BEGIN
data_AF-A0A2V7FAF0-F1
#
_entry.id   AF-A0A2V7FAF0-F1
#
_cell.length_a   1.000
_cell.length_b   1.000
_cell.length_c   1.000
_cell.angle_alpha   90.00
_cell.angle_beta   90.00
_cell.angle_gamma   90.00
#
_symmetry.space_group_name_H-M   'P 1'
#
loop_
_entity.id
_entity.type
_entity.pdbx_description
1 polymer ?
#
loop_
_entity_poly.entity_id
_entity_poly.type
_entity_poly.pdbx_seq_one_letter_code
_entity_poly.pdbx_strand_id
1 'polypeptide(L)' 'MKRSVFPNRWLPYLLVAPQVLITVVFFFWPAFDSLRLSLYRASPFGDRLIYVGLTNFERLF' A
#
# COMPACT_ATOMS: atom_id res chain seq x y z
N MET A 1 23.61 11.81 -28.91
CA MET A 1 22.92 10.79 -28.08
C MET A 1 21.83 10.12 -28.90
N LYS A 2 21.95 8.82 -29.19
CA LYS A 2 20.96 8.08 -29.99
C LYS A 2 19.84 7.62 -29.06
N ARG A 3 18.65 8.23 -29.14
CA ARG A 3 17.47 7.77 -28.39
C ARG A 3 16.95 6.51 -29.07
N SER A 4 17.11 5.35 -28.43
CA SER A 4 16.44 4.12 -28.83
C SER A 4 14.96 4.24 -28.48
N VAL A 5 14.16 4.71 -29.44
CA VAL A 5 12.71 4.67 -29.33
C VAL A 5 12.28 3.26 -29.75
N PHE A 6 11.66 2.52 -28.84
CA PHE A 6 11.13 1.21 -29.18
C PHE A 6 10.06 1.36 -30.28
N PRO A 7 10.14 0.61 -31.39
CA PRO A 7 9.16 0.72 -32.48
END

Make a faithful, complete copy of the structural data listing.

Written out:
data_AF-A0A2V7FAF0-F1
#
_entry.id   AF-A0A2V7FAF0-F1
#
_cell.length_a   1.000
_cell.length_b   1.000
_cell.length_c   1.000
_cell.angle_alpha   90.00
_cell.angle_beta   90.00
_cell.angle_gamma   90.00
#
_symmetry.space_group_name_H-M   'P 1'
#
loop_
_entity.id
_entity.type
_entity.pdbx_description
1 polymer ?
#
loop_
_entity_poly.entity_id
_entity_poly.type
_entity_poly.pdbx_seq_one_letter_code
_entity_poly.pdbx_strand_id
1 'polypeptide(L)' 'MKRSVFPNRWLPYLLVAPQVLITVVFFFWPAFDSLRLSLYRASPFGDRLIYVGLTNFERLF' A
#
# COMPACT_ATOMS: atom_id res chain seq x y z
N MET A 1 23.61 11.81 -28.91
CA MET A 1 22.92 10.79 -28.08
C MET A 1 21.83 10.12 -28.90
N LYS A 2 21.95 8.82 -29.19
CA LYS A 2 20.96 8.08 -29.99
C LYS A 2 19.84 7.62 -29.06
N ARG A 3 18.65 8.23 -29.14
CA ARG A 3 17.47 7.77 -28.39
C ARG A 3 16.95 6.51 -29.07
N SER A 4 17.11 5.35 -28.43
CA SER A 4 16.44 4.12 -28.83
C SER A 4 14.96 4.24 -28.48
N VAL A 5 14.16 4.71 -29.44
CA VAL A 5 12.71 4.67 -29.33
C VAL A 5 12.28 3.26 -29.75
N PHE A 6 11.66 2.52 -28.84
CA PHE A 6 11.13 1.21 -29.18
C PHE A 6 10.06 1.36 -30.28
N PRO A 7 10.14 0.61 -31.39
CA PRO A 7 9.16 0.72 -32.48